Strong disagreements persist with regard to the most cost-effective ways to address the various issues associated with ensuring that California residents have access to quality, affordable care. Payroll taxes on businesses and provider taxes on doctors and hospitals are not the solution to the State's healthcare challenges. Taxing physicians and medical facilities will make it even more difficult to recruit healthcare workers and keep hospitals open in the rural communities in the First Senate District. The "pay-or-play" employer mandate being considered will serve as an incentive for businesses to move to other states or stifle wages in order to remain competitive and keep insurance premiums manageable. I am certain this is not the author's intent; however, it is a plausible outcome.
The universal health care bill delegates the decision-making authority for payroll taxes, co-payments and premiums to an unelected government bureaucracy. The taxpayer funds necessary to subsidize this program as written could easily be in the billions of dollars annually. Many falsely believe the program created by SB 840 will be "free." Other nations that have implemented universal health care programs have unfortunately discovered that government-run programs increase demand and costs, reduce access and personalized care, and achieve cost containment by rationing care. It is not my desire to see California move in that direction.
After researching the options, I am convinced that there are more appropriate means of achieving the desired end without the creation of a massive, impersonal government-run bureaucracy funded through tax increases. Approximately 85% of the population currently has some form of health insurance. It does not make sense to dismantle 100% of the health care system to provide insurance to the 15% of the population who lack coverage.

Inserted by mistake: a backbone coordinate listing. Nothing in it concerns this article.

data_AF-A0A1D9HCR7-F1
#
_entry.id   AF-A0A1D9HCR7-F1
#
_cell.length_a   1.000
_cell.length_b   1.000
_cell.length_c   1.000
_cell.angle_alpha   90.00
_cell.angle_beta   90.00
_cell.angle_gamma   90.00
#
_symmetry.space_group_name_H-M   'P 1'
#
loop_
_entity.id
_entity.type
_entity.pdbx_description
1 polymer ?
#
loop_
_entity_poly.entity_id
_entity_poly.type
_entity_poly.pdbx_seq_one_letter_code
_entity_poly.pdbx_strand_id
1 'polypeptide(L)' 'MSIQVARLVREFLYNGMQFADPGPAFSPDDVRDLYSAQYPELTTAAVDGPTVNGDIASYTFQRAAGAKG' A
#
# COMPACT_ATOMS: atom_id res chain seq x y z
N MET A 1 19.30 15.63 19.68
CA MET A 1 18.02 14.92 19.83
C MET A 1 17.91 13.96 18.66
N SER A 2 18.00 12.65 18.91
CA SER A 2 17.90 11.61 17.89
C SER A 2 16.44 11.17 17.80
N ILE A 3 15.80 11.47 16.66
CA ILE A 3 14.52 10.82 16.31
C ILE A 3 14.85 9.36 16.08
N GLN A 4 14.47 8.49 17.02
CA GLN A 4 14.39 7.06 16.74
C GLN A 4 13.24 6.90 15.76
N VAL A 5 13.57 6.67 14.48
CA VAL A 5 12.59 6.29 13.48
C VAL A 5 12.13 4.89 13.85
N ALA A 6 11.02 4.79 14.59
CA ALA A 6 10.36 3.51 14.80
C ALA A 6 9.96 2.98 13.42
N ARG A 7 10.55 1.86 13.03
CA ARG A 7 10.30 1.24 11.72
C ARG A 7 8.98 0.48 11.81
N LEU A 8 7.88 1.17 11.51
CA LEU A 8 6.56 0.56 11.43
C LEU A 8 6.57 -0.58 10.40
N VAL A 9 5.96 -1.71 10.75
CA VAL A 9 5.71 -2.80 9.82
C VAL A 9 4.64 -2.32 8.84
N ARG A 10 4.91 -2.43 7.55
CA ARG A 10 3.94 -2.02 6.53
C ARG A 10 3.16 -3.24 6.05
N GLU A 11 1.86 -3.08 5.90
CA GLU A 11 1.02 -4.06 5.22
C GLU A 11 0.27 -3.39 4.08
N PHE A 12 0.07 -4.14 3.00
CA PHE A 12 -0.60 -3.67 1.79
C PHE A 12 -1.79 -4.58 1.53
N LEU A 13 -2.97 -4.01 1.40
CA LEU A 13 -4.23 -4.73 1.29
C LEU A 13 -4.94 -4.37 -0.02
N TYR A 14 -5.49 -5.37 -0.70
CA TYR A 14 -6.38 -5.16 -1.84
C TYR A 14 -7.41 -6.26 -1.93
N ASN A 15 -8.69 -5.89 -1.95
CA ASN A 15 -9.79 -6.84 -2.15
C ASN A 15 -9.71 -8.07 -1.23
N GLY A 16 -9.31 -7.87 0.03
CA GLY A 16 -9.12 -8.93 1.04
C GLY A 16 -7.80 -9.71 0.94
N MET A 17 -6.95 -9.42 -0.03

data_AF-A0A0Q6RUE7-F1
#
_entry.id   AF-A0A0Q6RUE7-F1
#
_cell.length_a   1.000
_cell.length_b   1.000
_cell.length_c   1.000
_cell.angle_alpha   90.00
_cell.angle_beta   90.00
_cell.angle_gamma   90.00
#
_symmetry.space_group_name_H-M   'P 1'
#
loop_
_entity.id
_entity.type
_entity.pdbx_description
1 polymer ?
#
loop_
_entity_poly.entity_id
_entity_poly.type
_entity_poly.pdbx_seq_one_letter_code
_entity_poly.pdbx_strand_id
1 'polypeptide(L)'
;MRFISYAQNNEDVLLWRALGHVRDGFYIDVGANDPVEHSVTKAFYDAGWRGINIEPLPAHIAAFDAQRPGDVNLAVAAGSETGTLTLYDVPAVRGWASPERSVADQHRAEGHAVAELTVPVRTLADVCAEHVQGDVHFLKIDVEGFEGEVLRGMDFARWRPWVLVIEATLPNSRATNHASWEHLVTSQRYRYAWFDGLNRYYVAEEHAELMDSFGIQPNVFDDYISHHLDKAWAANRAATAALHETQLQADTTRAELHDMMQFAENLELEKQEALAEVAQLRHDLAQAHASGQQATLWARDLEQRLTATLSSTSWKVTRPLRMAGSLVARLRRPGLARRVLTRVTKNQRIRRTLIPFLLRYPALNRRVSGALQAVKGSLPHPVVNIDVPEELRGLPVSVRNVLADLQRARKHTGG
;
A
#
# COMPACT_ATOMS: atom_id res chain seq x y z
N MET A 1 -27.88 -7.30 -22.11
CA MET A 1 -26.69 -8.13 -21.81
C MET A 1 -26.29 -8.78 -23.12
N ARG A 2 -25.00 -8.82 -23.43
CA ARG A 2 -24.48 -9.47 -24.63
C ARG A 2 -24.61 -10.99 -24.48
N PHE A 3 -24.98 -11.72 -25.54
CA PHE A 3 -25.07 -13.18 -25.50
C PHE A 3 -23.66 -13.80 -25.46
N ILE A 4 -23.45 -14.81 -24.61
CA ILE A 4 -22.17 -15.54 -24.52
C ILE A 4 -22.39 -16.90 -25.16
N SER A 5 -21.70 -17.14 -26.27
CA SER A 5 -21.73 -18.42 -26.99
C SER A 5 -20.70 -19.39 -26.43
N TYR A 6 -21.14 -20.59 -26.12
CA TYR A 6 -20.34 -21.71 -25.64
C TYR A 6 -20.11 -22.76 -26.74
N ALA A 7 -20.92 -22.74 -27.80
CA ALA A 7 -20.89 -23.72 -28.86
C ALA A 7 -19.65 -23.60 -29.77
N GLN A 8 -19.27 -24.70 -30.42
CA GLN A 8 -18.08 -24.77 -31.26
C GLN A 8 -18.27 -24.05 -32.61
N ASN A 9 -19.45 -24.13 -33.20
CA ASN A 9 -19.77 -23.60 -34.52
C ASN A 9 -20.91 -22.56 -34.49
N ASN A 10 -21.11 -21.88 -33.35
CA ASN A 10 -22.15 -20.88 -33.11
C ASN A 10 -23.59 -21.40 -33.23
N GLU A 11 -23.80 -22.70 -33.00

Research shows that, in many ways, government has been a part of the problem + adding to the cost of insurance. Through laws and regulation, California has imposed approximately 48 health care mandates that can add as much as 30% to the cost of insurance premiums. And, the state's own Medi-Cal system continues to suffer from inadequate reimbursements to medical providers. The inability to recover these expenses, together with the costs of treating the uninsured, shifts the financial burden to the insured.
A market where insurers may more freely customize their policies, co-payments, premiums and coverage allows consumers to choose the best product based upon their means and medical needs. Enabling insurers to compete through innovation and efficiency improves both affordability and accessibility. The Legislature should also make it easier to refer the uninsured to community clinics for non-emergency care, and provide tax credits for both employers and individuals who purchase coverage. Medi-Cal, Healthy Families, Healthy Kids, and the High Risk Medical Insurance Program, among others, are available to assist many low and moderate-income residents, as well as the hard-to-insure. The state should also more actively promote the benefits of Health Savings Accounts (HSA) and High Deductible Health Plans (HDHP).
Responses to questions asked of each candidate are reproduced as submitted to the League.
Read the answers from all candidates (who have responded).
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Created from information supplied by the candidate: September 24, 2008 16:30